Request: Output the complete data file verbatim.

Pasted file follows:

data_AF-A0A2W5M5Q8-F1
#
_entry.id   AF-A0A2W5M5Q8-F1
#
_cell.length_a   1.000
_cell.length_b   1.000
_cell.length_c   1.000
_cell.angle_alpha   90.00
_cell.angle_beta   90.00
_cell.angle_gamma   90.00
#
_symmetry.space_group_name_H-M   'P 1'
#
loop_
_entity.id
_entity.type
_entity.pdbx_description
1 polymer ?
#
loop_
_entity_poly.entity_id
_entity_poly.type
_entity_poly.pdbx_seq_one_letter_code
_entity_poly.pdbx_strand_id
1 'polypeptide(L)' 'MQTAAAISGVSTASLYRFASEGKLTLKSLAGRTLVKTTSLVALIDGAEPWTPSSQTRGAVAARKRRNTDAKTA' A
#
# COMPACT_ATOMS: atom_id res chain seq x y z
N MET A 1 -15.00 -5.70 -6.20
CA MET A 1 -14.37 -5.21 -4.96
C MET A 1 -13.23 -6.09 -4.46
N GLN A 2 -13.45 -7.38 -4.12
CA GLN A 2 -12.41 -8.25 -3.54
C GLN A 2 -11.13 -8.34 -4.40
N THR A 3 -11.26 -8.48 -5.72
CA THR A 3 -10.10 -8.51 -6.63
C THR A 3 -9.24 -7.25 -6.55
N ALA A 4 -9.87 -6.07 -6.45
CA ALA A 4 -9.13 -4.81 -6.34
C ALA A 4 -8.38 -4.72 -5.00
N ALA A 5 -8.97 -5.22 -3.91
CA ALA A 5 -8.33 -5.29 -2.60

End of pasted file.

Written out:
data_AF-A0A2W5M5Q8-F1
#
_entry.id   AF-A0A2W5M5Q8-F1
#
_cell.length_a   1.000
_cell.length_b   1.000
_cell.length_c   1.000
_cell.angle_alpha   90.00
_cell.angle_beta   90.00
_cell.angle_gamma   90.00
#
_symmetry.space_group_name_H-M   'P 1'
#
loop_
_entity.id
_entity.type
_entity.pdbx_description
1 polymer ?
#
loop_
_entity_poly.entity_id
_entity_poly.type
_entity_poly.pdbx_seq_one_letter_code
_entity_poly.pdbx_strand_id
1 'polypeptide(L)' 'MQTAAAISGVSTASLYRFASEGKLTLKSLAGRTLVKTTSLVALIDGAEPWTPSSQTRGAVAARKRRNTDAKTA' A
#
# COMPACT_ATOMS: atom_id res chain seq x y z
N MET A 1 -15.00 -5.70 -6.20
CA MET A 1 -14.37 -5.21 -4.96
C MET A 1 -13.23 -6.09 -4.46
N GLN A 2 -13.45 -7.38 -4.12
CA GLN A 2 -12.41 -8.25 -3.54
C GLN A 2 -11.13 -8.34 -4.40
N THR A 3 -11.26 -8.48 -5.72
CA THR A 3 -10.10 -8.51 -6.63
C THR A 3 -9.24 -7.25 -6.55
N ALA A 4 -9.87 -6.07 -6.45
CA ALA A 4 -9.13 -4.81 -6.34
C ALA A 4 -8.38 -4.72 -5.00
N ALA A 5 -8.97 -5.22 -3.91
CA ALA A 5 -8.33 -5.29 -2.60